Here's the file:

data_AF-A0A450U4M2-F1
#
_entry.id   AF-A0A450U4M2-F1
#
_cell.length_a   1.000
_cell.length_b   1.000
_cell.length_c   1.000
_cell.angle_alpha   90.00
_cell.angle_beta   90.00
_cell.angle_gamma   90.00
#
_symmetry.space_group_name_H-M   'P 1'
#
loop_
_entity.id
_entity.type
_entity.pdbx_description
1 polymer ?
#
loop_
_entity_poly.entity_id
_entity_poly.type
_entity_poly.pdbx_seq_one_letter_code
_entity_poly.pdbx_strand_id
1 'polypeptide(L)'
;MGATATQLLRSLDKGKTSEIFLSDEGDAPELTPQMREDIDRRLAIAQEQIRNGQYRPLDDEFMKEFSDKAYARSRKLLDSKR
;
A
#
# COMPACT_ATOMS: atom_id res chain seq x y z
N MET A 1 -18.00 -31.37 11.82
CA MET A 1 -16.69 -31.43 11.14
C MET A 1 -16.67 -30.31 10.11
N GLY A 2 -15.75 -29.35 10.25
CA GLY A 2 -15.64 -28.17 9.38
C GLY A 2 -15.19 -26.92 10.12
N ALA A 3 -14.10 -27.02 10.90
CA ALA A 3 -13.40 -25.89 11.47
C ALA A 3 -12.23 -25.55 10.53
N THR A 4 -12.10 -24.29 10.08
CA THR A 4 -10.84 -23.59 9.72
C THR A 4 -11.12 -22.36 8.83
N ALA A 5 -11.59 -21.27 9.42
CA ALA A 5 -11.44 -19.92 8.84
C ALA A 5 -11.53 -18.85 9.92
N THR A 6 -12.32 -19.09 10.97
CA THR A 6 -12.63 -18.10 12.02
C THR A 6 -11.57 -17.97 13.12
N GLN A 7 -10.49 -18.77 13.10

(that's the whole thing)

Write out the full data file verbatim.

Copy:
data_AF-A0A450U4M2-F1
#
_entry.id   AF-A0A450U4M2-F1
#
_cell.length_a   1.000
_cell.length_b   1.000
_cell.length_c   1.000
_cell.angle_alpha   90.00
_cell.angle_beta   90.00
_cell.angle_gamma   90.00
#
_symmetry.space_group_name_H-M   'P 1'
#
loop_
_entity.id
_entity.type
_entity.pdbx_description
1 polymer ?
#
loop_
_entity_poly.entity_id
_entity_poly.type
_entity_poly.pdbx_seq_one_letter_code
_entity_poly.pdbx_strand_id
1 'polypeptide(L)'
;MGATATQLLRSLDKGKTSEIFLSDEGDAPELTPQMREDIDRRLAIAQEQIRNGQYRPLDDEFMKEFSDKAYARSRKLLDSKR
;
A
#
# COMPACT_ATOMS: atom_id res chain seq x y z
N MET A 1 -18.00 -31.37 11.82
CA MET A 1 -16.69 -31.43 11.14
C MET A 1 -16.67 -30.31 10.11
N GLY A 2 -15.75 -29.35 10.25
CA GLY A 2 -15.64 -28.17 9.38
C GLY A 2 -15.19 -26.92 10.12
N ALA A 3 -14.10 -27.02 10.90
CA ALA A 3 -13.40 -25.89 11.47
C ALA A 3 -12.23 -25.55 10.53
N THR A 4 -12.10 -24.29 10.08
CA THR A 4 -10.84 -23.59 9.72
C THR A 4 -11.12 -22.36 8.83
N ALA A 5 -11.59 -21.27 9.42
CA ALA A 5 -11.44 -19.92 8.84
C ALA A 5 -11.53 -18.85 9.92
N THR A 6 -12.32 -19.09 10.97
CA THR A 6 -12.63 -18.10 12.02
C THR A 6 -11.57 -17.97 13.12
N GLN A 7 -10.49 -18.77 13.10